As the Victorians excavated the earth to create canals and railways in the early part of the nineteenth century, geological discoveries brought to light new narratives of the prehistoric, ideas that resounded in British society, art, and literature of the period. This engaging and generously illustrated book explores the Victorian fascination with all things prehistoric. Michael Freeman shows how men and women were both energised and unsettled by the realisation that the formation of the earth over hundreds of millions of years and Darwin's theories about the origins of life contradicted what they had read in the Bible. He describes the rock and fossil collecting craze that emerged, the sources of inspiration and imagery discovered by writers and artists, and the new importance of geologists and paleontologists. He also discusses the cathedral-like museums that sprang up in cities and towns, shrines to all that was progressive in the age but still clothed in the trappings of traditional ideas.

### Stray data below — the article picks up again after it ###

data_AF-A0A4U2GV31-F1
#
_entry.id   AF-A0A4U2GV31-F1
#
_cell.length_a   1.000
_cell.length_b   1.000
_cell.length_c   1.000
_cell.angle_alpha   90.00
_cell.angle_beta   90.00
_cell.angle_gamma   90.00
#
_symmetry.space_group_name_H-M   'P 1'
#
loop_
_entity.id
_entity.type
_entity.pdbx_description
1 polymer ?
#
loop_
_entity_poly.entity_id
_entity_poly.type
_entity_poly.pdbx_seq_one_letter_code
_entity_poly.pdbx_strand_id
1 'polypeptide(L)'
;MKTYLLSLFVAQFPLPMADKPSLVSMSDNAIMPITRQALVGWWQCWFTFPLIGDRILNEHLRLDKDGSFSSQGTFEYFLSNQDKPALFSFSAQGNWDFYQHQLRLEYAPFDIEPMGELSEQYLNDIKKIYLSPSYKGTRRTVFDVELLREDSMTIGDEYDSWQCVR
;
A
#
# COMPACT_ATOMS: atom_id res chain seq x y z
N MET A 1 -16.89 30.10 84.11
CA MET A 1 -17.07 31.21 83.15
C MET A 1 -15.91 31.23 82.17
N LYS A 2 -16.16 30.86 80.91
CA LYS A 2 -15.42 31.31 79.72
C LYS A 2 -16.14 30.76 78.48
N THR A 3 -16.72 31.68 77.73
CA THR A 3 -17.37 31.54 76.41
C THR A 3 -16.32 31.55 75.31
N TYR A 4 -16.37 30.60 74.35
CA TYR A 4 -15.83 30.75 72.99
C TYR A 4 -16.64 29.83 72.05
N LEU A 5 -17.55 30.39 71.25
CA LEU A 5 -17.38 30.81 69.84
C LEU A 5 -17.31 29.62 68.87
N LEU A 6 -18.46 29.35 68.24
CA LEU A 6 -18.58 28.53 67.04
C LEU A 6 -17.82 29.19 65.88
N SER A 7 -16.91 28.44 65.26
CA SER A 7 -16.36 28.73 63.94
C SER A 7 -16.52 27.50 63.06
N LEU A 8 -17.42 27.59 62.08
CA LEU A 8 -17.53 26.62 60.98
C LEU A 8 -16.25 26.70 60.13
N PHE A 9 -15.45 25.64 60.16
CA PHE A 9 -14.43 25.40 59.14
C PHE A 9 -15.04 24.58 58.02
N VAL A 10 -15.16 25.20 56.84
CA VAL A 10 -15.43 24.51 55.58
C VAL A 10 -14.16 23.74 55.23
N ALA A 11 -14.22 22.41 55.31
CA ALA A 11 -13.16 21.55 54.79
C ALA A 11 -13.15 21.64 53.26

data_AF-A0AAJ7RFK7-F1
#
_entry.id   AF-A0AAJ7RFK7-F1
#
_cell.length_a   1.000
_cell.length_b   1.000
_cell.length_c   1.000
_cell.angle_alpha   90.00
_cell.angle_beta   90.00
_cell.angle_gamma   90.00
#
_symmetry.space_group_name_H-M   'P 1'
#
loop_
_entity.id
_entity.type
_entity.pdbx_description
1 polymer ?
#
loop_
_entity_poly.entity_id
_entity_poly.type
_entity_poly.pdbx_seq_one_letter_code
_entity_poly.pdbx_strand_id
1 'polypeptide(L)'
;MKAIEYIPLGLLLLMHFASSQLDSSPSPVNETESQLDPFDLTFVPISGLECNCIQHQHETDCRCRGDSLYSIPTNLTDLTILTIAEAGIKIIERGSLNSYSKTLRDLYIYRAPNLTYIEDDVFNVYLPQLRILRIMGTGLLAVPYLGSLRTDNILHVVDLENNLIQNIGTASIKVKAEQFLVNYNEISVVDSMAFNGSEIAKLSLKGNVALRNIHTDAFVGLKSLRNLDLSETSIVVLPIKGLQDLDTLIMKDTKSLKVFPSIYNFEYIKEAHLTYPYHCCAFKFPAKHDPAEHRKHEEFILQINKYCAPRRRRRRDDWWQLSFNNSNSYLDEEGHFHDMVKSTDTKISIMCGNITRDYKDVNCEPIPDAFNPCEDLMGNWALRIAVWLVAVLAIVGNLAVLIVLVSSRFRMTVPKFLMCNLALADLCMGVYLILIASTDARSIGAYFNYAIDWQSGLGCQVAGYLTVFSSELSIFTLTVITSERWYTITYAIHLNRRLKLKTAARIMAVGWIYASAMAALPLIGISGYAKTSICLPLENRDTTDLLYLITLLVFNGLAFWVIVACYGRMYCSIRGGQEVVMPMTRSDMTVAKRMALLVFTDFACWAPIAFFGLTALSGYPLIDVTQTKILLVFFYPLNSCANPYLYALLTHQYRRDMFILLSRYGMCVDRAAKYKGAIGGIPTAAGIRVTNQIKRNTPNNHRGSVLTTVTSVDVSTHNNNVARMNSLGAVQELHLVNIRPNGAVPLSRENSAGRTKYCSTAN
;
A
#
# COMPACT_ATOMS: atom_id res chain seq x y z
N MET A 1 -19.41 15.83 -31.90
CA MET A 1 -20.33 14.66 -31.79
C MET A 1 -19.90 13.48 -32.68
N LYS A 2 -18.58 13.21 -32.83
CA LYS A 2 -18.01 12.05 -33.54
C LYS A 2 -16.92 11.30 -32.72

Michael Freeman, supernumerary fellow and lecturer in human geography at Mansfield College, Oxford, is also the author of Railways and the Victorian Imagination, published by Yale University Press.